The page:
Education in Tanzania

The Tanzanian education system is modeled after England’s and is separated  into primary and secondary school. Primary school consists of seven grade levels, called standards, and secondary consists school of six grades, called forms. At the end of Standard 7 and Form IV (the equivalent of 10th grade in the US), students take national exams, and if they do not pass, they can no longer continue studying in government schools. While these tests are meant to weed out students who are not meant for the academic life style, many more students are failing than should be.

Form IV National Test Pass Rates

– 2012: 43.8% (Only 38% of all passing students were girls)
–  Originally only 34.5% of students passed the Form IV test in           2012, but the government was forced to review the tests with a         new standard after public outcr
– 2011: 53.6:
– 2010: 50.4%

Each year, 50 percent or more of Form IV students fail the national test and are denied admittance into government schools. Some families can afford to send their children to expensive private schools, but they are the exception.

Passing these tests does not mean receiving an “A” or a “C” as we think of it in America. Depending on what they are studying in school, students take 7 to 9 tests. In order to pass, students must score higher than 40 percent in at least one subject or higher than 20 percent in at least two subjects. That is it. With this in perspective, it is even more devastating to evaluate the number of students failing. One of the subjects tested is Swahili, but 50 percent of Form IV students cannot score even a 40 percent on a test of their national language. Also, keep in mind that these students who fail out in Form IV are luckier than the students who fail the national Standard 7 test and are denied admittance to high school.

Additionally, passing does not necessarily mean students can continue studying in high school. Students who pass the test but are on the lower end of scores can gain admittance to technical schools, but they do not continue their academic studies in high school. Furthermore, some students who score well enough to continue studying in high school  are unable to do so because there is not enough room in schools or they cannot afford to pay school fees.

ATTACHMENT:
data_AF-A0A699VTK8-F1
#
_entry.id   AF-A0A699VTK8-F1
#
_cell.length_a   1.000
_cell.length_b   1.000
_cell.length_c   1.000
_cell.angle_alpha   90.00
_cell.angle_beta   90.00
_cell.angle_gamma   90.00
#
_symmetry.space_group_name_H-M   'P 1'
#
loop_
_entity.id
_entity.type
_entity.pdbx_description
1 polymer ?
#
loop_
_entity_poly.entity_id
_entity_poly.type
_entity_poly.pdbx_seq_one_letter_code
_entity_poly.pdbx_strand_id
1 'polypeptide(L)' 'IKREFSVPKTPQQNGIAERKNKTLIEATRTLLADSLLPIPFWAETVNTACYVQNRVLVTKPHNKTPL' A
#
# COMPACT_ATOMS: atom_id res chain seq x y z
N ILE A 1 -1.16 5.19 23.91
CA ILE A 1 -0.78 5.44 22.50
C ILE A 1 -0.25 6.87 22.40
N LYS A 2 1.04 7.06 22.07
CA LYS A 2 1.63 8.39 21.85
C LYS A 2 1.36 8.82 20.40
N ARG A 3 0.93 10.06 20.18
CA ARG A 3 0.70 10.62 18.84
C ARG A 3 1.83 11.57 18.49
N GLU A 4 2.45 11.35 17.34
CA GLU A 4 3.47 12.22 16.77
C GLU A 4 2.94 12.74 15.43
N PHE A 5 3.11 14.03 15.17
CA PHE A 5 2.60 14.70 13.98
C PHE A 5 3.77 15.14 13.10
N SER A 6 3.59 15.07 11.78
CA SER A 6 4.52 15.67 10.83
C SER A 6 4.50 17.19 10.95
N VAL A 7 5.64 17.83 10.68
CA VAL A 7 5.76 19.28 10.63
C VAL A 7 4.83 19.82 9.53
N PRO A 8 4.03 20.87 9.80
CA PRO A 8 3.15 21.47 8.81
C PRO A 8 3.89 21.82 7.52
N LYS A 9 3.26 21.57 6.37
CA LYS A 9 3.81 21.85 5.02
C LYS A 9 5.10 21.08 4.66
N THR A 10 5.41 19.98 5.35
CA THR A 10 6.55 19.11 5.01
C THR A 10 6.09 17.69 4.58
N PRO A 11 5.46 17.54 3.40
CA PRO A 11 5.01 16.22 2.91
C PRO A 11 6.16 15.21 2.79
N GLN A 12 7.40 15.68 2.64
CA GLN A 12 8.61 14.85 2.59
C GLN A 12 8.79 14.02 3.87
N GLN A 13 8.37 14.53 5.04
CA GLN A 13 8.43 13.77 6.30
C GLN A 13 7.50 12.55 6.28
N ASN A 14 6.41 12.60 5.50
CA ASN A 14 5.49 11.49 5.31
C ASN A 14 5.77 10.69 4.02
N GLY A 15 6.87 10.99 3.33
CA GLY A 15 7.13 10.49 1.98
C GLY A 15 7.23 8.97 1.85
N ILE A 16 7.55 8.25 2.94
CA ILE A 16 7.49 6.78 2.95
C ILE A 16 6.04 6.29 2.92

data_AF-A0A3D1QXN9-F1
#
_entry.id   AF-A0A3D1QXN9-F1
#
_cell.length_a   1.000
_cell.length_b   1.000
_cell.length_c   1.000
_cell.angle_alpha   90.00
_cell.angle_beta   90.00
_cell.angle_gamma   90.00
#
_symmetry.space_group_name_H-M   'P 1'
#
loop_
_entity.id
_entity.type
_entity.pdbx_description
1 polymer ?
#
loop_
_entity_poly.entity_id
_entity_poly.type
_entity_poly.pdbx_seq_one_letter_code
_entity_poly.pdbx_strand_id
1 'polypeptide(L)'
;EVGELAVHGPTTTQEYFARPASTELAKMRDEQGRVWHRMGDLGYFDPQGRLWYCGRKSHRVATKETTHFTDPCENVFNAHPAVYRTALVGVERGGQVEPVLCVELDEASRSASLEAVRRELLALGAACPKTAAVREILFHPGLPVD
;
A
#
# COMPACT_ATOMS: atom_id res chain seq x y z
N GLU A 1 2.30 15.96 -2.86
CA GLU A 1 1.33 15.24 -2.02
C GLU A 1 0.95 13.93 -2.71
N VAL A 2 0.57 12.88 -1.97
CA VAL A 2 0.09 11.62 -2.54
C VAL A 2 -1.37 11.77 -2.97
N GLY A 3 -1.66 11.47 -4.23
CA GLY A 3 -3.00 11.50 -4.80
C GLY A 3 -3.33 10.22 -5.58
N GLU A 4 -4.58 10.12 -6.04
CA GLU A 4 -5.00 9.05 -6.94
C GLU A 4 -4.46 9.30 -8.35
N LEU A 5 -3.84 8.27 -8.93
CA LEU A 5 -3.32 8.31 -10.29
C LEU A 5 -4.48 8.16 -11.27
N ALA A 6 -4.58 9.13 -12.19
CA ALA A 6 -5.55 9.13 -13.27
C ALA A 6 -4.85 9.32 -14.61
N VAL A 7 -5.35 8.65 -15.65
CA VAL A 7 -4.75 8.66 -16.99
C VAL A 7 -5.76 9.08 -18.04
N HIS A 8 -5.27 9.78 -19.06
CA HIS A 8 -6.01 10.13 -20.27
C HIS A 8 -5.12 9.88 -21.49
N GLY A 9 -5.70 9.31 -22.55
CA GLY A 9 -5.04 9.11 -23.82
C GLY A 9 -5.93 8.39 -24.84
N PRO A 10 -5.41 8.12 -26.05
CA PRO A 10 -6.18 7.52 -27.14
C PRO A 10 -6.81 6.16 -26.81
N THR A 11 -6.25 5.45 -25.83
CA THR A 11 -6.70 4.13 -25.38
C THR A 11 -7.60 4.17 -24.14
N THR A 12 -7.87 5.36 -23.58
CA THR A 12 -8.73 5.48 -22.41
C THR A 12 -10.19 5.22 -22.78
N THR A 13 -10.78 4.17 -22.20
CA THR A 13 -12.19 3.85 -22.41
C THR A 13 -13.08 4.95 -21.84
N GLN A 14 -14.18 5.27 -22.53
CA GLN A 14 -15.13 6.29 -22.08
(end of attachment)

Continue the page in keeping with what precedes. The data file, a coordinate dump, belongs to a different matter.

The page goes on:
So how did Kayanga Secondary, the local public school, fare in the 2012 Form IV tests?

Sixty of 144 students, or 41.7 percent, passed the test. 34 percent of students scored well enough to continue studying at technical schools, but only 11 students, or 7.7%, scored high enough to continue on and finish high school. 

Now compare these numbers to the results of Karagwe Secondary, the district’s private secondary school that has more resources available thanks to the large fees parents pay.

All 74 of Karagwe Secondary students passed the national Form IV test. Not a single one failed, and 63.6 percent scored high enough to continue finishing high school. the remaining 36.4 percent will continue studying at technical schools.

This vast difference between public and private school performance is reflected across Tanzania. The highest performing public school in the nation for the 2012 Form IV test was 537th in the nation out of all schools public and private. That means 536 private schools performed better than the best public school. This shows that Tanzania’s children are intelligent and ready to learn, if only they have the resources available to them.

We hope that the work of The Ota Initiative will help provide these resources and improve student’s performances in school. Additionally, while we plan to charge a small fee from able families in order to encourage community ownership of this program, students from families without the ability to pay will be offered scholarships. 

Advertisements

Leave a Reply

Fill in your details below or click an icon to log in:

WordPress.com Logo

You are commenting using your WordPress.com account. Log Out /  Change )

Google+ photo

You are commenting using your Google+ account. Log Out /  Change )

Twitter picture

You are commenting using your Twitter account. Log Out /  Change )

Facebook photo

You are commenting using your Facebook account. Log Out /  Change )

w

Connecting to %s